It’s been a little under two years since Knoxville, Tennessee-based magazine wholesaler Anderson News suspended normal business activity and eventually went out of business. The mega shut down came as the result of Anderson and fellow distributor Source Interlink announcing separate 7-cents-per-copy price hikes for publishers, and those publishers ultimately balking and refusing to pay.
Now, in a 4,300-word piece published by the Knoxville News Sentinel, Anderson CEO Charlie Anderson talks predominantly about navigating the challenging future of CD sales at Anderson Merchandisers as well as the world of digital e-commerce service Liquid Digital Media.
But Anderson also looks back at the downfall of the magazine business. Asked by the paper if he had to do it all over again, he says he wouldn’t have done anything different. “I didn’t believe that publishers would actually get together and collude, so I didn’t cover that in my plan—I just don’t think reputable business people ought to consider that option—but otherwise I knew the business had to change; I knew the business had to get better because it wasn’t fair to call on stockholders to continue to fund a losing business. So we did what we needed to do at that point.”
Here’s another interesting snippet from the Sentinel report about the final days before the big shut-down, for which Anderson says “77 percent of all our associates were able to keep their jobs”:
At the end of the month, his largest customer called and asked him to meet with a Time Inc. executive. On Saturday, Jan. 31, Anderson flew to New Jersey for the meeting. ‘I negotiated with Time Inc. and I struck a deal and I shook hands and I went home,’ he says.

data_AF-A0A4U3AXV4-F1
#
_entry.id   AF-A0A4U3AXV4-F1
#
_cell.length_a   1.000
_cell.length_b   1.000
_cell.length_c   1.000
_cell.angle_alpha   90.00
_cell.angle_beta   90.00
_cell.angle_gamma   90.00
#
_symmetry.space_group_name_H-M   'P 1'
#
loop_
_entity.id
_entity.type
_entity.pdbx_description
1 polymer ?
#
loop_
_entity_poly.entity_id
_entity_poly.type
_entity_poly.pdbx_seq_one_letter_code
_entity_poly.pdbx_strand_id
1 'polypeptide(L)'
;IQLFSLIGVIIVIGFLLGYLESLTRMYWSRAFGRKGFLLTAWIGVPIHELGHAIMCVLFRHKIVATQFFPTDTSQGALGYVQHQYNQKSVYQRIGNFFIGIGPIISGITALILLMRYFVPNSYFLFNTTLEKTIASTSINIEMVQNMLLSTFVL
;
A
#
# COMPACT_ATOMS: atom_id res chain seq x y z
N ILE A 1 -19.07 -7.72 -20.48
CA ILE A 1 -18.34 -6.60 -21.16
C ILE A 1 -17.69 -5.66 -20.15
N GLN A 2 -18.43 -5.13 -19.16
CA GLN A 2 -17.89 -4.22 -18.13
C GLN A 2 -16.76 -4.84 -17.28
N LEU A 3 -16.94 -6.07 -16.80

The following Monday, the Time executive told him ‘senior management had changed their mind and they’ve decided they weren’t going to ship us any more magazines. At that point, a ripple effect happened and we lost 80 percent of our supply.
‘So I went from Saturday afternoon thinking that I had saved the company to Monday afternoon saying the company is going to go out of business.’
Anderson called his father, who told him—and he imitates the voice of a stern father—’to get as many of our associates hired as possible.
‘So I called our competitor [News Group]—who I had felt like had participated to help hurt us—and I said, ‘I will sell you my assets if you employ my people.’ I also agreed not to sue him for what they had done. He took the deal and hired most of our people.
Click here to read the full report. It’s worth reading, when you have the time.
Also worth reading/re-reading are our reports. You’ll find those in the related links below.